BC Bestseller, eight weeks running.
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Shortlisted for the Ryga Award for social awareness, as well as other awards
Every once in a while, an important historical figure makes an appearance, makes a difference, and then disappears from the public record. James Teit (1864–1922) was such a figure. A prolific ethnographer and tireless Indian rights activist, Teit spent four decades helping British Columbia’s Indigenous peoples in their challenge of the settler-colonial assault on their lives and territories. Yet his story is little known.
Teit with three Interior chiefs in Ottawa, 1916. Left to right: Chief John Tetlanetza, James Teit, Chief Paul David and Chief Thomas Adolph. Photograph by Frederick Lyonde, Teit family collection, courtesy of Sigurd Teit.
Teit’s packtrain fording a river in the Chilcotin-Cariboo, 1901. Photography courtesy of Sigurd Teit and James M. Teit. Teit (left) and Jimmy Kitty (Nlaka’pamux) on a hunting trip, 1904. Photograph by Homer Sargent. Copy courtesy of James M. Teit and Sigurd Teit.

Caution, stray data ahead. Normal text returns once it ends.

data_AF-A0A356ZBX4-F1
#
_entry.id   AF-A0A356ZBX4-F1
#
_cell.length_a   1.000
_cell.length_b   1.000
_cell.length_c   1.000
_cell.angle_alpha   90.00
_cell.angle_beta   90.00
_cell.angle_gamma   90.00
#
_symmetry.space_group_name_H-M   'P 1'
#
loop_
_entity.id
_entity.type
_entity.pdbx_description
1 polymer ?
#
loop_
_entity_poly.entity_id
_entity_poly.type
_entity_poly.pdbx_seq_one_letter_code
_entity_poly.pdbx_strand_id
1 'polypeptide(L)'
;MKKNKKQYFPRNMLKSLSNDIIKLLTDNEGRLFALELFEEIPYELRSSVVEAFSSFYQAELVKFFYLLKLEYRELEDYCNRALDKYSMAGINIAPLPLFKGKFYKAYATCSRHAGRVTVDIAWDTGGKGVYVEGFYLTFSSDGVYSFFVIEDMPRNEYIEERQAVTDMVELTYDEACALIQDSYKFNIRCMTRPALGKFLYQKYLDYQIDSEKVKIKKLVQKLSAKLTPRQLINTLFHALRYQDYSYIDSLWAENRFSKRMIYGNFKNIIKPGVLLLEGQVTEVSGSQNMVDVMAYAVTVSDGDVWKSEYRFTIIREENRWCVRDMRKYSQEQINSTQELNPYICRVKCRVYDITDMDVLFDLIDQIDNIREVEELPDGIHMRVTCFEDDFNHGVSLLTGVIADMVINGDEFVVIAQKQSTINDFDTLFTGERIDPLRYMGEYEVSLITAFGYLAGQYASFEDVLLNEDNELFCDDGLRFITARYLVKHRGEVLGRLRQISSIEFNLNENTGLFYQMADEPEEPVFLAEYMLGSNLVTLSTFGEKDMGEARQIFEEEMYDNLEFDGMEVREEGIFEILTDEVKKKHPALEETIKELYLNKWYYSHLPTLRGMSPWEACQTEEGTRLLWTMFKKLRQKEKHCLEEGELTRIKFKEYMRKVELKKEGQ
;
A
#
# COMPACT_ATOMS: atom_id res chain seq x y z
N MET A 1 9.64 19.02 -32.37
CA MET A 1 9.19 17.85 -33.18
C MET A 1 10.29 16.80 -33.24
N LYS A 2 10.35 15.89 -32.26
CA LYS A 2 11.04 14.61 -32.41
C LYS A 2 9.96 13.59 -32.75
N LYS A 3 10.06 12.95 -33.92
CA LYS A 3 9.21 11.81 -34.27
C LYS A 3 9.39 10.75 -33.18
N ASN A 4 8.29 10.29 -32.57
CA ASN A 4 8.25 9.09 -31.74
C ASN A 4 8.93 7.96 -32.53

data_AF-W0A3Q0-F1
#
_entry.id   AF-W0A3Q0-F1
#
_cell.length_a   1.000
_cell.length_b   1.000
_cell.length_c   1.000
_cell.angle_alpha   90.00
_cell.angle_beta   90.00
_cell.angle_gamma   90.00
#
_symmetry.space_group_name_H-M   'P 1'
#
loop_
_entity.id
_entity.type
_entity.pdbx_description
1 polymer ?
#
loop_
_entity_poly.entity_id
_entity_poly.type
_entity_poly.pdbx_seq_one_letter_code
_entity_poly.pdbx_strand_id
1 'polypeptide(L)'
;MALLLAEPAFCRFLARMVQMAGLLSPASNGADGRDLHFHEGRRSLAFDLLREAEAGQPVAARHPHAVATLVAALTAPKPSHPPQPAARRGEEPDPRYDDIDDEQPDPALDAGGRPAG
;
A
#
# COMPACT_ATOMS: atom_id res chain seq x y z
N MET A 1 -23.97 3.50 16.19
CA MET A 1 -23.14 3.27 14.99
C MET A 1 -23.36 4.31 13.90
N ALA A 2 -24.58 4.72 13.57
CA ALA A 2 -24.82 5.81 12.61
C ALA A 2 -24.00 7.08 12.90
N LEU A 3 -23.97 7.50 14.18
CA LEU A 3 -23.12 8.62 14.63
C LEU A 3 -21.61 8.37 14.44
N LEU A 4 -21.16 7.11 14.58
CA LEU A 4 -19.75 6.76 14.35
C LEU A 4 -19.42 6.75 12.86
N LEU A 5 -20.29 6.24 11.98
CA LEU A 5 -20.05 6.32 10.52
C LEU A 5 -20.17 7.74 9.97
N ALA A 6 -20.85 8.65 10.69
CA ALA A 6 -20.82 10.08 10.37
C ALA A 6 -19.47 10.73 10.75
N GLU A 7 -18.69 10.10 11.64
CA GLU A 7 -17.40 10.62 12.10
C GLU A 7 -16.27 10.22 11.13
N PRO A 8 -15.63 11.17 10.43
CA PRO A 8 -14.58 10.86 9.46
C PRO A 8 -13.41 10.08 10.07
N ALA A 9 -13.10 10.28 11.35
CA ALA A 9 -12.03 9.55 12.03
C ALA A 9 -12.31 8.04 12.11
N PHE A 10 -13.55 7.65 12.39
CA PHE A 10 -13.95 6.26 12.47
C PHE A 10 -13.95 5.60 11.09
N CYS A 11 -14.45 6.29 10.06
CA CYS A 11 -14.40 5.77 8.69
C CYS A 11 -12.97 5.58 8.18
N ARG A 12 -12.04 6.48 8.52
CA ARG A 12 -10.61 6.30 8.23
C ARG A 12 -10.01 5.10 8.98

Teit on a tight section of trail on the 1904 hunting trip. Photograph by Homer Sargent. Copy courtesy of James M. Teit and Sigurd Teit. Teit (front, centre) heading down the Stikine River to Wrangell, Alaska, after a two-month hunting trip in the Cassiar mountains, 1906. Photograph by Homer Sargent, copy courtesy of James M. Teit and Sigurd Teit. Teit with son Magnus, c. 1912. Teit family collection, courtesy of Sigurd Teit. Teit in his hunting attire, c. 1890s. His son, Sigurd, donated the L’Assomption sash, the buckskin rifle sheath and the buckskin shirt to the Nicola Valley Museum and Archives. Photographer unknown. Copy courtesy of Sigurd Teit and James M. Teit.
Hilda Austin of Lytton, BC, as a child sitting in the lap of her mother, Tcei.a, c. 1913. This was one of hundreds of such photographs that Teit took of Nlaka’pamux people in and around Spences Bridge. There is a poignant story attached to this one as Tcei.a and her husband both died in the 1918 flu epidemic. Hence, this was Hilda’s only photograph of her mother. Photograph (#23206), courtesy of the Canadian Museum of History.
The delegation of chiefs from across Canada who appeared before the parliamentary committee at Ottawa to protest the Bill of Enfranchisement (Bill 14) in May 1920. Teit is in the middle row, second from the left. Photograph courtesy of Sigurd Teit.